In 1999, President Clinton orders a massive air bombardment of Serbia. Congress again refuses authorization; indeed, the bill to authorize military operations is voted on but fails to pass. It is impossible to argue that the risk of sustained military conflict is “negligible” and that the Serbs have consented to the bombardment of their own country. OLC rests its case on an appropriations statute enacted after the commencement of hostilities. President Clinton sent American troops into action and then dared Congress to deny them funding. Trapped, Congress reluctantly authorized funds. For the OLC, the War Powers Resolution does not stand in the way of the war because of the appropriations statute even though the War Powers Resolution says that appropriations statutes don’t count as congressional authorization. That Resolution is gutted; the Haiti and Bosnia opinions are forgotten. The OLC also does not bother to address whether the Kosovo intervention violated international law, which it most certainly did, as the UN charter prohibits wars unless they are in self-defense or have Security Council authorization. The Kosovo intervention satisfied neither of these conditions.

These were not even the most dramatic cases. In 1996, President Clinton sought to put American troops under UN control in Bosnia. OLC declared that a bill that specifically prohibited the use of congressionally appropriated funds for that purpose “unconstitutionally constrains the President’s exercise of his constitutional authority as Commander-in-Chief.” In a 1994 memo, OLC observed that the president should ignore statutes that “encroach upon the constitutional powers of the Presidency,” especially “provisions limiting the President’s authority as Commander in Chief.” The memo barely mentioned the Supreme Court’s Youngstown case, which provides the standard framework for evaluating presidential power. Other Clinton-era OLC opinions, such as the 1996 Bosnia opinion, didn’t mentioned it at all. A similar omission in one of the Bush OLC’s memos was cited by law professors around the country, who told journalists that it revealed the fatal incompetence of the memo’s authors.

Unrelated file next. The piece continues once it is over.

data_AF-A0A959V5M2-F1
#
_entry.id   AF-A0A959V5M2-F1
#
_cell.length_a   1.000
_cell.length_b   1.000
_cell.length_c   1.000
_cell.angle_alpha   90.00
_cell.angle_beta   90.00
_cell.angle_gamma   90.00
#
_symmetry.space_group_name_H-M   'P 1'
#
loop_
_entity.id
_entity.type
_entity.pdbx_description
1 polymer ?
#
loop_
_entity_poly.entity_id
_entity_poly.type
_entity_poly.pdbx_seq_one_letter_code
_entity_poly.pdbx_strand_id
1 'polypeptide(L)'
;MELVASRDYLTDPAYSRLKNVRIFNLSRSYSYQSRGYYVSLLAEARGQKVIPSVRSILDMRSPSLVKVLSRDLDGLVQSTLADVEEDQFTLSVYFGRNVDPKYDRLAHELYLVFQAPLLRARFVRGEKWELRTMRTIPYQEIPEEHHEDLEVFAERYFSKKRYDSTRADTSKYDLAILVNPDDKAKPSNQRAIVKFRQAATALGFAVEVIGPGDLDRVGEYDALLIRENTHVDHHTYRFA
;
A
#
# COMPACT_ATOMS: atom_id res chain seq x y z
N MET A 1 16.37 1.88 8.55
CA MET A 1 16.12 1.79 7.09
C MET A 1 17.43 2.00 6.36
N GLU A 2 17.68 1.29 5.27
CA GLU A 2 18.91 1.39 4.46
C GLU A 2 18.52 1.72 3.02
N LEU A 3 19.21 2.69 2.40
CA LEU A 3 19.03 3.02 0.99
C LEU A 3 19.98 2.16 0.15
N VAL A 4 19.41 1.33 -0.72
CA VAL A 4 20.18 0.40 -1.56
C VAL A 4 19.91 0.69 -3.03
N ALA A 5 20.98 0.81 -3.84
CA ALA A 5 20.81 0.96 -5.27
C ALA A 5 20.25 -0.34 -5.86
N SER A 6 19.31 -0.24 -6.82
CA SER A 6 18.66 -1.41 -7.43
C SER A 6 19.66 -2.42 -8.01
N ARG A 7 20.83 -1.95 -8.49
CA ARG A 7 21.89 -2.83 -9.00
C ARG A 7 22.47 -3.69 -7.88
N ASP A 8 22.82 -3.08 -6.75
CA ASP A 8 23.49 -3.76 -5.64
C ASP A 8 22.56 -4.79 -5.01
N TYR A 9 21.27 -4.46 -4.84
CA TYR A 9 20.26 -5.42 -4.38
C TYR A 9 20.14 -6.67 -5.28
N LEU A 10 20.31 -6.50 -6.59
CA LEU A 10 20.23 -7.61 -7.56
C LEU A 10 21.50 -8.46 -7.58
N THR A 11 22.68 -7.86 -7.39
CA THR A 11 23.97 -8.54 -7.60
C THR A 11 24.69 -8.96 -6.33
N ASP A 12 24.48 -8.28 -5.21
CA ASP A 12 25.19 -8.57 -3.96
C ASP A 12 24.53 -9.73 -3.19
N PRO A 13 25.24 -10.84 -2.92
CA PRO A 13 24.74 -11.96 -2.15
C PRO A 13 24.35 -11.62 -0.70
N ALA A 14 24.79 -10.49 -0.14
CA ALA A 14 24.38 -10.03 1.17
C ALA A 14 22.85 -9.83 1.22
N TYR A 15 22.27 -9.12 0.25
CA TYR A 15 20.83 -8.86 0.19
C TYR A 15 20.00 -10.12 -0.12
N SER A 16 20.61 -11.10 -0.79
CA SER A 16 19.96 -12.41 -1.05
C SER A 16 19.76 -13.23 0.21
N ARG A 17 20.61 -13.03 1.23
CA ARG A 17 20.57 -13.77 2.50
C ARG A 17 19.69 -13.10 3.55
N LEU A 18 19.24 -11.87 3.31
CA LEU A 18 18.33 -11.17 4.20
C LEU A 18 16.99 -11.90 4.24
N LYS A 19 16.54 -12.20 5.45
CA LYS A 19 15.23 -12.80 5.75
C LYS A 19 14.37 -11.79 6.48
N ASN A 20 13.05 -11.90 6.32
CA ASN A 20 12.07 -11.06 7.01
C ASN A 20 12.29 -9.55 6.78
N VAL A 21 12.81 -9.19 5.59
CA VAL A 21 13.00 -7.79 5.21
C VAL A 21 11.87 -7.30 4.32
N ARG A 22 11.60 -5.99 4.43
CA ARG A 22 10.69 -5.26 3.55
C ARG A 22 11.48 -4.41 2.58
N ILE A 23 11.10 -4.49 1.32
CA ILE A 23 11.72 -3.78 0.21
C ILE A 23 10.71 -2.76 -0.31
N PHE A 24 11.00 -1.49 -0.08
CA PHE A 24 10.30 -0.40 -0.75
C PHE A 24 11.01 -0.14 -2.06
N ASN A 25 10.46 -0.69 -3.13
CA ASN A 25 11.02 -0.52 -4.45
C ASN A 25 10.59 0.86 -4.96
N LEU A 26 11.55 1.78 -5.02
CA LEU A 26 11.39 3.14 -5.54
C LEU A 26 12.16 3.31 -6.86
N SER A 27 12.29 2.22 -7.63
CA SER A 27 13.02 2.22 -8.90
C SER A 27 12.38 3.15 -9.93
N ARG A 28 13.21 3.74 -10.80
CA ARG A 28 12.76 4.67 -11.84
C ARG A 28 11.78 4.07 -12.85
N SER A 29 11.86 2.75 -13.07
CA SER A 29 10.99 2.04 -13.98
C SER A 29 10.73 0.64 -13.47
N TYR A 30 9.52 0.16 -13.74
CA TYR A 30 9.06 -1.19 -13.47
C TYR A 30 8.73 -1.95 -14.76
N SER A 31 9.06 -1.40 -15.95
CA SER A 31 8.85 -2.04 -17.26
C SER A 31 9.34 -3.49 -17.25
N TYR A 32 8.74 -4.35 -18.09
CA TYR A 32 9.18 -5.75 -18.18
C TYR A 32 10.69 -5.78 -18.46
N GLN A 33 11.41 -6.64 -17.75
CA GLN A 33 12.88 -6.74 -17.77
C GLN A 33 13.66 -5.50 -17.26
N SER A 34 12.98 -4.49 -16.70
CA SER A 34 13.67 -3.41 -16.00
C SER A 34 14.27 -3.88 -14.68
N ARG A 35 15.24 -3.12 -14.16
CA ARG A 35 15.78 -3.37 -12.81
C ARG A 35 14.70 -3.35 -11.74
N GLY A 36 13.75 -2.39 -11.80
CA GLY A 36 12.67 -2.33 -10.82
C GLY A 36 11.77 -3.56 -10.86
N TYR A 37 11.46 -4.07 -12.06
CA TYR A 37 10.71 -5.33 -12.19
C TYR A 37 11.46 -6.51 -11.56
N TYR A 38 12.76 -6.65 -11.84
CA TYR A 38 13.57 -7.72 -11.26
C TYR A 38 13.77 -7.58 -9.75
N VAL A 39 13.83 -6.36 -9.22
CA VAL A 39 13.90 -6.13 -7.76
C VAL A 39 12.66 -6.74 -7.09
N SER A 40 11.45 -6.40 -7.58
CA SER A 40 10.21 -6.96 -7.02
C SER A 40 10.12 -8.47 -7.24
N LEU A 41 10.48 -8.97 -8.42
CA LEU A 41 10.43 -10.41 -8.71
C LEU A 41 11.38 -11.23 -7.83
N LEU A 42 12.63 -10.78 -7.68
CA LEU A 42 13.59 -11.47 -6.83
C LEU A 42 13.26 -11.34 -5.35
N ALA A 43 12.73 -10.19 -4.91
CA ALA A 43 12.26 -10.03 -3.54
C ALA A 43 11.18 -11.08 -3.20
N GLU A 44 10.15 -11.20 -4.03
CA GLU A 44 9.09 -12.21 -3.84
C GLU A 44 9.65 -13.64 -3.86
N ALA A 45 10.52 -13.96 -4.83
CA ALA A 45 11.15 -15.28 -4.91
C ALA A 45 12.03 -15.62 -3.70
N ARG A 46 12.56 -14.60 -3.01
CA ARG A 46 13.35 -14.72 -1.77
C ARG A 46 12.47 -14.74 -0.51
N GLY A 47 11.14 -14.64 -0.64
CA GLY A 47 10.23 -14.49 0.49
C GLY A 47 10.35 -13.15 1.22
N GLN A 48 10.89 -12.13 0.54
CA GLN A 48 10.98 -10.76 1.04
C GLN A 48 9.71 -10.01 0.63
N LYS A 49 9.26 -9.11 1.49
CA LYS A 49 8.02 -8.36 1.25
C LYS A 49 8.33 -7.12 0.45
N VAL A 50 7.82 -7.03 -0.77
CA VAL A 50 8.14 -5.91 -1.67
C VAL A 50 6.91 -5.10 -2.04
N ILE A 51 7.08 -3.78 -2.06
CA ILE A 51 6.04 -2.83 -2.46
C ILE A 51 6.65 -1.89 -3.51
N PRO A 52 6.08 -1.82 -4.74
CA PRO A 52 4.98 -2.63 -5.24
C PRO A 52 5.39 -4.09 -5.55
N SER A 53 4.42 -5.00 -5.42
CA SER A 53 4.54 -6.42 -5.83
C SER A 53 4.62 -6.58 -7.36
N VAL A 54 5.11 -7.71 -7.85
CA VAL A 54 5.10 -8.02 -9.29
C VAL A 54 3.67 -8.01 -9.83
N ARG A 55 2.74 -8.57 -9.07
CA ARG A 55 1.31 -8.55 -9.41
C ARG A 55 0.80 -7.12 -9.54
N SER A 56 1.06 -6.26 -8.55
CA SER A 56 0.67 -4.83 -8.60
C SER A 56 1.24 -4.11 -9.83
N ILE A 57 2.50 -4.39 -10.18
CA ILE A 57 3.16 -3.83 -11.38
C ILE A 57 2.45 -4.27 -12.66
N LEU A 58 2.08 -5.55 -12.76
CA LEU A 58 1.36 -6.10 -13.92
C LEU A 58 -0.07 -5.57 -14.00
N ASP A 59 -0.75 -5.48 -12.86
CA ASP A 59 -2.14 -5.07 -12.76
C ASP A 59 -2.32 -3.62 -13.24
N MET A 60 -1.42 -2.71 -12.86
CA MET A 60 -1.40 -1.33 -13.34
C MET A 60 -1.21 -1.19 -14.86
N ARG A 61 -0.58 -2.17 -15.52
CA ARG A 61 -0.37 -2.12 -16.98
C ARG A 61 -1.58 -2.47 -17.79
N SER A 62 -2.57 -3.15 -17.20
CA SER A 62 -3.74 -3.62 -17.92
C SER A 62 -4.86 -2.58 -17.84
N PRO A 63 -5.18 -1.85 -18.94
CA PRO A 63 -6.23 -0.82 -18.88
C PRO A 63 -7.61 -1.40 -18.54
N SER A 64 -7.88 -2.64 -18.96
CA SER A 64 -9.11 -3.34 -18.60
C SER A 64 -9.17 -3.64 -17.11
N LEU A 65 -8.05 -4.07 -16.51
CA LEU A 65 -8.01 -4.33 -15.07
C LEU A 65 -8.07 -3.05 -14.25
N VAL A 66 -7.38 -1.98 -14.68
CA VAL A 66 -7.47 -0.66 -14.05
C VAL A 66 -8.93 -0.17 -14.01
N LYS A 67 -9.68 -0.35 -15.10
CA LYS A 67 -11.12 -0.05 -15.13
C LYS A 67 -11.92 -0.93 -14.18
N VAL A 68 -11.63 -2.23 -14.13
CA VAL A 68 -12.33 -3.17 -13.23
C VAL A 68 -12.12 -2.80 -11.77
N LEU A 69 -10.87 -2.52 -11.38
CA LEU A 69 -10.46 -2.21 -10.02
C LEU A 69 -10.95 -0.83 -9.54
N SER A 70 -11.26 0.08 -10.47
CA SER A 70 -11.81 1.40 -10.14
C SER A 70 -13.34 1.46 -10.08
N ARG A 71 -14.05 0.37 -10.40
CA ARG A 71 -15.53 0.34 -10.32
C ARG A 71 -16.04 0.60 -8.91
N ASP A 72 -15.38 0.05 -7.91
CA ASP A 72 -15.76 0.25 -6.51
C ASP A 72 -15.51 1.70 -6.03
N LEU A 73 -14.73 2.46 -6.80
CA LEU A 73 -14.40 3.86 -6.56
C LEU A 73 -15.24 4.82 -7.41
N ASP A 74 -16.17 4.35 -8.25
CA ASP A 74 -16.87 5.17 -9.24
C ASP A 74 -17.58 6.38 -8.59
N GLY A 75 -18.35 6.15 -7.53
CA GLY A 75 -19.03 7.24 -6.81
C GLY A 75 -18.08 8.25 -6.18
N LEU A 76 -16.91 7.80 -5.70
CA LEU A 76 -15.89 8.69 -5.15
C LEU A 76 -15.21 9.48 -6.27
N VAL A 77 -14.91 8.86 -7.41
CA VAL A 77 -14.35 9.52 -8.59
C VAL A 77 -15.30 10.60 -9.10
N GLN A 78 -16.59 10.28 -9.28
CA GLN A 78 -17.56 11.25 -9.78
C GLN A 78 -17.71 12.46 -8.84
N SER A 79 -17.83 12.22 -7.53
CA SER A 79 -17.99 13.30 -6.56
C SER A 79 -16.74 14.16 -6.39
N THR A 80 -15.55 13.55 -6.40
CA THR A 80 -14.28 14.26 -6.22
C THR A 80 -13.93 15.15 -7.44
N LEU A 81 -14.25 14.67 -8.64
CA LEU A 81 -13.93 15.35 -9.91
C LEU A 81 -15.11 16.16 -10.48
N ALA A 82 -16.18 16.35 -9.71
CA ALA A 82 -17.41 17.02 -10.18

And then there are the gaps in the record. In a 2005 op-ed in the New York Times, Michael Scheuer noted that the program of rendering al Qaida suspects to places like Egypt, where they were likely to be tortured, originated in the Clinton administration, where it was “approved by a vast cohort of lawyers at the security council, the Justice Department and the C.I.A. itself.” The 9/11 Commission report strongly implies that in 1998 top Justice Department lawyers approved an order to capture or kill Osama bin Laden in Afghanistan, reasoning that the United States and al Qaida were (already!) at war, and that detention or assassination of an enemy combatant does not violate the laws of war. If such an opinion exists, it has never been disclosed to the public.